Tuesday, June 30, 2009

How to monitor Sun Directory Server 5.2?

Yes, there are still a lot of Sun Directory Server 5.2 deployment in Asia region. (even though 6.x has been released for quite a while)

I was meeting a customer today. He is interested in migrating from Sun Directory Server 5.2 to Sun OpenDS Standard Edition 2.0 (target release date is Mid July 2009). 

Why Sun OpenDS SE 2.0 and not Sun Directory Server 6.3.1? I was told the price for commercial support differ by quite a lot, at least S$12k for his case. Wow!

Anyway, that's not my objective. I'm providing Professional Service/Consultancy. I'll leave the pricing to the folks.

So, I asked during the meeting when is the peak period and what is the concurrent hit like? I was given figures ranging from 70-80k per hour to 5 millions hit per day. 

I was not convinced. Thus I asked for facts which can be easily extracted with the tools provided by Sun Directory Server 5.2.

You can use the GUI to monitor the suffix status online. (Click on "Continuous refresh") Otherwise, for people like me, command-line is best.

bash-3.00# ldapsearch -D "cn=Directory Manager" -w password -b "cn=monitor,cn=userRoot,cn=ldbm database,cn=plugins,cn=config" objectclass=*
version: 1
dn: cn=monitor,cn=userRoot,cn=ldbm database,cn=plugins,cn=config
objectClass: top
objectClass: extensibleObject
cn: monitor
database: ldbm database
readonly: 0
nextid: 10
dbentrycount: 9
ldapentrycount: 9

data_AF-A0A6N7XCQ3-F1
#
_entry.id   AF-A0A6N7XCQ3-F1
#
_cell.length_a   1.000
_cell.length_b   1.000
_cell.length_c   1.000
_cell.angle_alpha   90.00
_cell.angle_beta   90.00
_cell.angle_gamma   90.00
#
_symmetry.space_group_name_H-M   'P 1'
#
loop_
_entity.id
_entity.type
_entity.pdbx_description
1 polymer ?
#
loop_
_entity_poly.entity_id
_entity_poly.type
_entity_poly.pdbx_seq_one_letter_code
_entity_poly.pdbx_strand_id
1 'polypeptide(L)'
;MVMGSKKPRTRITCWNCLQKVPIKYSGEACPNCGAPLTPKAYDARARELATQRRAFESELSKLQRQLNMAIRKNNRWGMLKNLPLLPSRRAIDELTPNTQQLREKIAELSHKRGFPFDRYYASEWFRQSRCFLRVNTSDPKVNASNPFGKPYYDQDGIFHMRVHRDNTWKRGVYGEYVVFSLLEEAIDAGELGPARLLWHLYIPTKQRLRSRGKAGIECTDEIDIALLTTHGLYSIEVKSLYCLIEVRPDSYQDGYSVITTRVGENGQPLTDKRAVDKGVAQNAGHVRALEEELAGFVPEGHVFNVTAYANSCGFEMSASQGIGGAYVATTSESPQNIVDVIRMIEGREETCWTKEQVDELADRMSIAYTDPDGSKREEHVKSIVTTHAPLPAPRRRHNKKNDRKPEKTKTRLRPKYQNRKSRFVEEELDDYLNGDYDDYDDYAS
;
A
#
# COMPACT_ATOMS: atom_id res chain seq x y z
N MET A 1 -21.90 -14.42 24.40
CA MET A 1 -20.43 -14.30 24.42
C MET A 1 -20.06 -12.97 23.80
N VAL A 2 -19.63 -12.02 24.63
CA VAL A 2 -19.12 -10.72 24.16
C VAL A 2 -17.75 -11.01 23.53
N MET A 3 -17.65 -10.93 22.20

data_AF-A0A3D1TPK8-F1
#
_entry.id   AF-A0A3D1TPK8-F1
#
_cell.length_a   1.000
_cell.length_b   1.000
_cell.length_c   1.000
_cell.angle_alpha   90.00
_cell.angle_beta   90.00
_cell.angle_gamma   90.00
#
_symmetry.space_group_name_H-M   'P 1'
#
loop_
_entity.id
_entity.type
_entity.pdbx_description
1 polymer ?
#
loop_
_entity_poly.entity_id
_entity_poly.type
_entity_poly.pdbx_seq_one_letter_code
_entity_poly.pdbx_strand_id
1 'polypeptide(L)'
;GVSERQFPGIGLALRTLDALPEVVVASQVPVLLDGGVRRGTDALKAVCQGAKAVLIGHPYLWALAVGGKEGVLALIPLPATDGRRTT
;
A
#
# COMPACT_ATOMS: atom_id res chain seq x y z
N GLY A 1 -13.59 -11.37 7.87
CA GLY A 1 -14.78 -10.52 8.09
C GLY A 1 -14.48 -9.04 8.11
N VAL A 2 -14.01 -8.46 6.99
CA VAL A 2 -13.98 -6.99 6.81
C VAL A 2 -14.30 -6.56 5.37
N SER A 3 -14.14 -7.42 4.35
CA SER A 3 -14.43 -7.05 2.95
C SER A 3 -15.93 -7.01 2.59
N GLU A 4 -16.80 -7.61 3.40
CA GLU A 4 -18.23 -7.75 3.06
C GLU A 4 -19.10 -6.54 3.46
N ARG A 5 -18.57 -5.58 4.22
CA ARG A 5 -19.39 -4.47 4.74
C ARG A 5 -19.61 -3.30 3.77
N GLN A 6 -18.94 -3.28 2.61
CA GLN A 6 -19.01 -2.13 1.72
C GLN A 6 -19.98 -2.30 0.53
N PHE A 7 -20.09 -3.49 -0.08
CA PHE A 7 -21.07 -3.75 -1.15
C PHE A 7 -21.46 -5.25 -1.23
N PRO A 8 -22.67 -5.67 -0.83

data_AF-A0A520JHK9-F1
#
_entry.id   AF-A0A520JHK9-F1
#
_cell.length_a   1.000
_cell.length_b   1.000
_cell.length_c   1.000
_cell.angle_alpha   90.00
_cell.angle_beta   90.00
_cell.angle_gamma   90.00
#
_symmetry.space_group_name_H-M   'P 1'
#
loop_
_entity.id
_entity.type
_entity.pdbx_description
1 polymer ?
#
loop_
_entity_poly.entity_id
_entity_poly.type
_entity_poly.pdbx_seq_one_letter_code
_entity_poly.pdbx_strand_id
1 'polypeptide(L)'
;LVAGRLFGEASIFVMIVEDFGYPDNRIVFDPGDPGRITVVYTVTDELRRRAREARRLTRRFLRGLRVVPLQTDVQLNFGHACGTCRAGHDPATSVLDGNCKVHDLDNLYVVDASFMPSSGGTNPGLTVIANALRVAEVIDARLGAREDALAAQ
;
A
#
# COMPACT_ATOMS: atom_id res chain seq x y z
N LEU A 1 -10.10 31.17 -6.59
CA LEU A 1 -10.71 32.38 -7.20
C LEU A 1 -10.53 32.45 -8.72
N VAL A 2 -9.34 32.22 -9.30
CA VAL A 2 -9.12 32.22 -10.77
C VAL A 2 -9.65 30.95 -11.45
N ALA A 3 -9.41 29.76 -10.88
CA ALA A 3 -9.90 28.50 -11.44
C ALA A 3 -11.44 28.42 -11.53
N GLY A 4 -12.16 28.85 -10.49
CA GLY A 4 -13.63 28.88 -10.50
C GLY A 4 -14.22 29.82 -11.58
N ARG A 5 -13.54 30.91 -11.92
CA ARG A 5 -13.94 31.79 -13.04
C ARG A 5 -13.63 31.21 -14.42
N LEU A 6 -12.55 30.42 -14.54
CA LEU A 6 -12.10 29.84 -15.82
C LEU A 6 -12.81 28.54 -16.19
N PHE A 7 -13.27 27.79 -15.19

entrycachehits: 26
entrycachetries: 36
entrycachehitratio: 72
currententrycachesize: 14796
maxentrycachesize: 10485760
currententrycachecount: 9
maxentrycachecount: -1
Remember to execute the above command over a period of time in order to capture the overall statistics. A cron job will help.

Monday, June 29, 2009

How to scale Directory Server?

Again, the following typical question is asked whenever I provide Directory Service consultancy:

How do we scale our Directory Service?

There are actually 2 considerations - READ and WRITE operations.

The answer to READ operation is very simple. 
  1. Add more nodes;
  2. Configure replication across all nodes;
  3. Place a load-balancer in-front of all nodes;
Done. Simple!

The answer to WRITE operation is far more complex.

  • If the solution is to cater for more WRITE than READ, then I'll ask "Are you actually looking for a database?" (LDAP is built for fast and frequent read ops, with occasionally write ops.)
  • You'll be surprised at the answers you get. There are really customers who cannot differentiate between LDAP and database.
  • If the customer is really sure they need Directory Service, then I'll suggest that they spilt their users into various organizations/groups. Then each logical group will be stored in different LDAP sources.

Quoted from OpenDS site:
Note that you cannot use replication to scale write operations because a write operation to one directory server results in a write operation to every other server in the topology. The only way to scale write operations horizontally is to split the directory data among multiple databases and place those databases on different servers.

Corrupted database exception in Sun Directory Server

I am reading OpenDS System Requirement in preparation for a presentation tomorrow to a local teleco in Singapore.

The section on File Descriptor Requirements (Linux Systems) reminds me of an escalation case I was assigned to in Feburary.